Beach Café

Beach Café (2001)
Picture This Home Video
Cast: Ouassini Embarek, Jacques Nolot, Leila Belarbi
Extras: Previews

’Café de la Plage’ or ’Beach Café’ is the story of an enterprising, yet naive young man named Driss (Ouassini Embarek) who is dating a young European antiques dealer, named Betsoul (Leila Belarbi). Driss becomes intrigued with a perplexing man by the name of Fouad (Jacques Nolot), who owns a ramshackle café on the beach. Fouad, who despises his fellow Moroccans and considers them cheap drunks, while catering to wealthy Americans and Europeans alike, doesn’t really care for the company of Driss, but would rather lie to him then be honest about his feelings towards him. One day Driss proposes that both he and Fouad become partners and expand the beach café business to include a campground and restaurant, which interests Fouad, so he goes ahead with the plan without Driss being involved and actually befriends Driss in the process. Driss continues to consider Fouad a friend and still frequents the café despite Fouad’s tactics. There are examples where director Benoit Graffin introduces other parts of the story, like Fouad’s checkered past, but doesn’t delve too deep and instead focuses on keeping ’Beach Café’ a rather plain and simple story.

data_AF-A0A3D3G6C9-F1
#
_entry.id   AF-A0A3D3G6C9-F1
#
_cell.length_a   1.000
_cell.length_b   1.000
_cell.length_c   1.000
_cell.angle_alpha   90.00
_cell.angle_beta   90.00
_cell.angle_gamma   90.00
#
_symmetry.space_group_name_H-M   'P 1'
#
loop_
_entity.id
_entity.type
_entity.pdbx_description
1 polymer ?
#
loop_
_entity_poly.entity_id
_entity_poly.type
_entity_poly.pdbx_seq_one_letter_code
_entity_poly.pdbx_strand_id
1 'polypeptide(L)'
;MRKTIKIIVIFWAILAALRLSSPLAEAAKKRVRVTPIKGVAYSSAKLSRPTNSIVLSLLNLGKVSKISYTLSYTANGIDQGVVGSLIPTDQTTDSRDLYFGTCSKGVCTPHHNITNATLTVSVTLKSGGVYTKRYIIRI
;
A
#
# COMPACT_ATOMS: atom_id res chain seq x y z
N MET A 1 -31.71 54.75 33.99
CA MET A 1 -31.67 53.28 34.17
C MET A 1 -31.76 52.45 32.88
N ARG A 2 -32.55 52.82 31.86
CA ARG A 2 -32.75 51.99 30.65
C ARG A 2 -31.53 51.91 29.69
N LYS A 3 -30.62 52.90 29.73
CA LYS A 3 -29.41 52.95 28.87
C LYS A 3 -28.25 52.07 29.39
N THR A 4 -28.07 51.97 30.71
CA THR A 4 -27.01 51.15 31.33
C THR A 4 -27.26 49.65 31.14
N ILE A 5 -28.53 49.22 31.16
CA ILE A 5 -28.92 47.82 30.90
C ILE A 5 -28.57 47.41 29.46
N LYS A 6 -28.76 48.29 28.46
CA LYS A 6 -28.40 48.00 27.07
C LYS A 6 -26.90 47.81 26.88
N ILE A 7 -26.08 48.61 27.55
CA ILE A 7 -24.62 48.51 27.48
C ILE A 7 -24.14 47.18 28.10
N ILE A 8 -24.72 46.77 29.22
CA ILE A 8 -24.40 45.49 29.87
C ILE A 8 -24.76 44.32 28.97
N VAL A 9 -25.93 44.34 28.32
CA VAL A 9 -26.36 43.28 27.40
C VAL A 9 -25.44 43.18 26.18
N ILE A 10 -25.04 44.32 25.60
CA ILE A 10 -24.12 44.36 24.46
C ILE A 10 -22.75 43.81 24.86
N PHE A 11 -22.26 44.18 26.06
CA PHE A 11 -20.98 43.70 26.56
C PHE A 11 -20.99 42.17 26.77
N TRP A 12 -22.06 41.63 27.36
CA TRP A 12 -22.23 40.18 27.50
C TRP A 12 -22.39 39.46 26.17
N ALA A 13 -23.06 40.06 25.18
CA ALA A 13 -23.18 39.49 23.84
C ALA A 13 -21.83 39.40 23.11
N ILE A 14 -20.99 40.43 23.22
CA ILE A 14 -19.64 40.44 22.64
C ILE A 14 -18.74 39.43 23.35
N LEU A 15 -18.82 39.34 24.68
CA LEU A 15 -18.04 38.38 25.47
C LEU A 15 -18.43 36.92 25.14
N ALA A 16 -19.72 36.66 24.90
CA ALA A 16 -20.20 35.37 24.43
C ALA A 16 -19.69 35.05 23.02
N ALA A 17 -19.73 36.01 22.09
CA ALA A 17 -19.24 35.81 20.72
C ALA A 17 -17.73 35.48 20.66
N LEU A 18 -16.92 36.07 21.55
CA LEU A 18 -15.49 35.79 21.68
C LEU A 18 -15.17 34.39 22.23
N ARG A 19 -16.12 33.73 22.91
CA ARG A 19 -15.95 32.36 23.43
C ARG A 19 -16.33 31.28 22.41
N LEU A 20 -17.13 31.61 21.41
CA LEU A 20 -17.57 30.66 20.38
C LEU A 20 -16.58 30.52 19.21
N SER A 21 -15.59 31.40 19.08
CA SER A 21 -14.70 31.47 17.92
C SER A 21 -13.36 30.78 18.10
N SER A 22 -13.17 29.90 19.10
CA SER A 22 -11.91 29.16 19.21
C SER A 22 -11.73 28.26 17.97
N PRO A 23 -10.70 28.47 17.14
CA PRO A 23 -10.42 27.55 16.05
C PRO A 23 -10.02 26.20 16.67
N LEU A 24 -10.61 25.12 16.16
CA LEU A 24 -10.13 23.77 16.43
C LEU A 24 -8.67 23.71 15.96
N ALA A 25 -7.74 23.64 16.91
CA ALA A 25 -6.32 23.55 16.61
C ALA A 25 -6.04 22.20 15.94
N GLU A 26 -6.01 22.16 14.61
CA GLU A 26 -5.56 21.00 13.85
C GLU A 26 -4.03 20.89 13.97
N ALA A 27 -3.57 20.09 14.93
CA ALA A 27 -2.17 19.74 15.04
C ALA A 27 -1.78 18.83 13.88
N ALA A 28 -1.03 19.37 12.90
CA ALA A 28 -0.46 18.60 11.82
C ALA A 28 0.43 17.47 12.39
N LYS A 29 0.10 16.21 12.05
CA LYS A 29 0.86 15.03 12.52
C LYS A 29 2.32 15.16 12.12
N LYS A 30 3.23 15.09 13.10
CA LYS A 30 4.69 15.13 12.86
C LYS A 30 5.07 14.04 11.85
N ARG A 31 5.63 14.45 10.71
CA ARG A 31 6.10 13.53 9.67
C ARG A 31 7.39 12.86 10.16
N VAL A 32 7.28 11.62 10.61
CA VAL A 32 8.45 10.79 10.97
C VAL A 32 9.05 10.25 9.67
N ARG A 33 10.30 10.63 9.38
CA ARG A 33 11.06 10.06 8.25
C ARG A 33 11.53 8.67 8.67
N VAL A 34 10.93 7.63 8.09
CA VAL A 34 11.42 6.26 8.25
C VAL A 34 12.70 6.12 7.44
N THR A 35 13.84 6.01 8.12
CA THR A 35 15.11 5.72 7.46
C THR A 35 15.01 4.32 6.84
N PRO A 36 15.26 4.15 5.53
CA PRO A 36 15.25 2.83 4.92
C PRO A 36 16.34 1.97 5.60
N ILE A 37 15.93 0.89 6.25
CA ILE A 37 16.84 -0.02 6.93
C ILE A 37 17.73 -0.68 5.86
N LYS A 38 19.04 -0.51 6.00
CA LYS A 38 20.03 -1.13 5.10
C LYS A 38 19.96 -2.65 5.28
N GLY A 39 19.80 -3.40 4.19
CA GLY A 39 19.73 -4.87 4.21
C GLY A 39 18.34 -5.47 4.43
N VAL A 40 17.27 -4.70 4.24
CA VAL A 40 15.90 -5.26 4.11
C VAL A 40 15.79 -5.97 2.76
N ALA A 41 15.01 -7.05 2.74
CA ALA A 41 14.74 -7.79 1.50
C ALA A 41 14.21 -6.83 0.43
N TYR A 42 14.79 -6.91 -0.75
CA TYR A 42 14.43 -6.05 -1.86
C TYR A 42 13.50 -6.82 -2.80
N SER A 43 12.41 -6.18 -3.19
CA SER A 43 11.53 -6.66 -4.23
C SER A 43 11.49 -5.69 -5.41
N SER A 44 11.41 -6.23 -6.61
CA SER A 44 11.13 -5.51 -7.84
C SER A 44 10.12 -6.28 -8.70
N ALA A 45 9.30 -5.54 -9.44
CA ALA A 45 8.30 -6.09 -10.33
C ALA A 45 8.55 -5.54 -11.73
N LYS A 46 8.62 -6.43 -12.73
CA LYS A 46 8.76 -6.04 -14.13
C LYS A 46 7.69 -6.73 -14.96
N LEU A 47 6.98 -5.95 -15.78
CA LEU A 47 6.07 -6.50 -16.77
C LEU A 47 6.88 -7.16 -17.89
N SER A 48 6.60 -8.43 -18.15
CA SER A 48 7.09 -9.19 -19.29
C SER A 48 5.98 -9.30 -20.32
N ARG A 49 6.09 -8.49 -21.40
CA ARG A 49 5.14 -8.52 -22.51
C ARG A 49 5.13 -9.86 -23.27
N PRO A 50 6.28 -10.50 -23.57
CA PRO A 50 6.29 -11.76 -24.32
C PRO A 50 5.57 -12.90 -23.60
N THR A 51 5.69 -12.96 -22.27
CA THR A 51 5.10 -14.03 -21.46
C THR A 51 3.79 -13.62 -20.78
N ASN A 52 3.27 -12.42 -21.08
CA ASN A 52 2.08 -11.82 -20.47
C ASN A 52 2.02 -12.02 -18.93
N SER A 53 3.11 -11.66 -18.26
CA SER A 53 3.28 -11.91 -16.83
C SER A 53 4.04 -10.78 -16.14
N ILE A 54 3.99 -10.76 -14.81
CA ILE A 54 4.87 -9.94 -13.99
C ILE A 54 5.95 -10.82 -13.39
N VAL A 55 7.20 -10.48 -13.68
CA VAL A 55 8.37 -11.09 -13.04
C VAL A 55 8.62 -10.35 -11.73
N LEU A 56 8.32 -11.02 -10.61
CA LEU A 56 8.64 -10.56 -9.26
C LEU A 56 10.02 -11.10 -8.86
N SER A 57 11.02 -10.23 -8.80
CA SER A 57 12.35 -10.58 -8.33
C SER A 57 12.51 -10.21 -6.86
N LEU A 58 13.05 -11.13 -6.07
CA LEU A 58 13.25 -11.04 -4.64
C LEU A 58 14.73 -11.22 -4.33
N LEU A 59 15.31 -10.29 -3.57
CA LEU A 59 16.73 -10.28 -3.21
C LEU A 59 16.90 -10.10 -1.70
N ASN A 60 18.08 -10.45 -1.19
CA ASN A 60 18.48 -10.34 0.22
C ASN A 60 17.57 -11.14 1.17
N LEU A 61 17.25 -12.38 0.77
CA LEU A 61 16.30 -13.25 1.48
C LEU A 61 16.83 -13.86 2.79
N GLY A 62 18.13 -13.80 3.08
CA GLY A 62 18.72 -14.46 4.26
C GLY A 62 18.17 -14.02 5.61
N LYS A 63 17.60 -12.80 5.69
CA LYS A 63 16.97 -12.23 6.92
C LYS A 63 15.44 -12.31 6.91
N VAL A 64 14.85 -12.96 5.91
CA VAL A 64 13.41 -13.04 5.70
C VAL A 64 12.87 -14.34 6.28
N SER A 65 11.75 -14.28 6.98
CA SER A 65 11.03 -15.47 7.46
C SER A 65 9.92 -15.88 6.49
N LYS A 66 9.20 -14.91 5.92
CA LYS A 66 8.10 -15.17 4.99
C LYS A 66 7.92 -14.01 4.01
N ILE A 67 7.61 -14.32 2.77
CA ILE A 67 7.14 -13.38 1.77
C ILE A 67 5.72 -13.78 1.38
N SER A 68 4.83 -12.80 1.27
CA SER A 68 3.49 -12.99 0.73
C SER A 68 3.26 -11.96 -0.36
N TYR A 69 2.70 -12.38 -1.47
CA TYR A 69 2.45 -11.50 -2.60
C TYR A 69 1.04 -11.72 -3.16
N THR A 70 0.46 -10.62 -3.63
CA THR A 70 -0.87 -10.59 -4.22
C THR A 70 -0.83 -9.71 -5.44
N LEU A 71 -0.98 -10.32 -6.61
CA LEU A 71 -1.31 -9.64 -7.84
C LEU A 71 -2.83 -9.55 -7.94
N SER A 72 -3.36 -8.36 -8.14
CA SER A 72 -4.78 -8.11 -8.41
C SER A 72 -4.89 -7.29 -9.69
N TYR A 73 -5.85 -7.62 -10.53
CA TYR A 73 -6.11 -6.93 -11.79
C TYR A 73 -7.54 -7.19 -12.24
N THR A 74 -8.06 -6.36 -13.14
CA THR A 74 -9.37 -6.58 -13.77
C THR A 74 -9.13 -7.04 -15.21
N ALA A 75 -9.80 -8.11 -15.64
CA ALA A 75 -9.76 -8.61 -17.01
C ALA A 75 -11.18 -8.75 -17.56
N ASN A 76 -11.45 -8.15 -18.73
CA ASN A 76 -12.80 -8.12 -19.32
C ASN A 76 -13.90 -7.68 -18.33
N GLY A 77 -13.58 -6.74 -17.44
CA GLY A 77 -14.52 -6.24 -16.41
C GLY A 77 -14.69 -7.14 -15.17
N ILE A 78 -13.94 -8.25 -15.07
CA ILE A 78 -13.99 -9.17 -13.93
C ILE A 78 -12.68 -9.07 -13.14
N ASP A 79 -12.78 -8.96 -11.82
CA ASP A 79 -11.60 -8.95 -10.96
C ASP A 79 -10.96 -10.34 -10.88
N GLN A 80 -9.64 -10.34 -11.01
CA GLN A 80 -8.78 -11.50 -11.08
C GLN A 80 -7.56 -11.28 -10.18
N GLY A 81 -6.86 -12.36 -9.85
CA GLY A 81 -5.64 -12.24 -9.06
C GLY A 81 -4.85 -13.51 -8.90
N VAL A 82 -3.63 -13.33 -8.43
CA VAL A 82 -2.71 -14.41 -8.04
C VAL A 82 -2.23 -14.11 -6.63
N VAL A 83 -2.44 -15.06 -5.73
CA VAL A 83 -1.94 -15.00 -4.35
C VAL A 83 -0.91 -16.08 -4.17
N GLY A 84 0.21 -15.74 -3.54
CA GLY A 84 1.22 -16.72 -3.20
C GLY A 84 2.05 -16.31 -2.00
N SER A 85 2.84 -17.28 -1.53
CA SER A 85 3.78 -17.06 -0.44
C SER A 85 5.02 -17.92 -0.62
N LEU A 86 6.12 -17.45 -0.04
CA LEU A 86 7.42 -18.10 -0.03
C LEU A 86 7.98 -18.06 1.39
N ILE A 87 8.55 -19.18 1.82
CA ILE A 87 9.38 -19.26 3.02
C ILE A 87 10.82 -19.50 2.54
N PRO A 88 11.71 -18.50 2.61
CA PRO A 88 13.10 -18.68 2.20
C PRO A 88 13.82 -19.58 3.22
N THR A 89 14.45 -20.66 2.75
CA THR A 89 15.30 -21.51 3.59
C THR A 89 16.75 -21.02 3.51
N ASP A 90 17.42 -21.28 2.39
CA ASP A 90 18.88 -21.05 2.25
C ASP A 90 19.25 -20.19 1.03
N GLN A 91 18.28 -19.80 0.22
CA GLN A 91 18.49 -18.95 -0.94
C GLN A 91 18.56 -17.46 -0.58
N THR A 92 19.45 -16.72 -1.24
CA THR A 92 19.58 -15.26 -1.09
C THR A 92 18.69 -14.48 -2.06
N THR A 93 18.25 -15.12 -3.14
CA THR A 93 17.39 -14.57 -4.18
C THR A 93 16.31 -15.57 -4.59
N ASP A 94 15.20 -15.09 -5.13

Presented in an anamorphic transfer from Picture This Home Video, ’Beach Café’ exhibits good color saturation and nice detail, which is evident in scenes involving sand, ocean and surrounding greenery, the balance is quite good. Blacks are average, if a little too light at times, displaying more of a dark-gray than a true deep appearance. There is some edge enhancement visible, but overall is not too distracting.

The Dolby Digital 5.1 soundtrack, which comes in a French and Arabic mix, with English subtitles, is balanced quite nicely. Dialogue sounds clear and natural and I enjoyed the soft guitar melodies that make up part of the film’s score.

Extras are limited to previews of other films available from Picture This! Home Video.

Although ’Beach Café’ has fantastic scenery of the Moroccan coastline and is delightfully photographed by cinematographer Yorick Le Saux, it is not enough to keep you interested as the story is rather simple and at times a little weak. I think ’Beach Café’ will be hard pressed to find a wide audience, but might please the film buff looking for something with a different look and feel.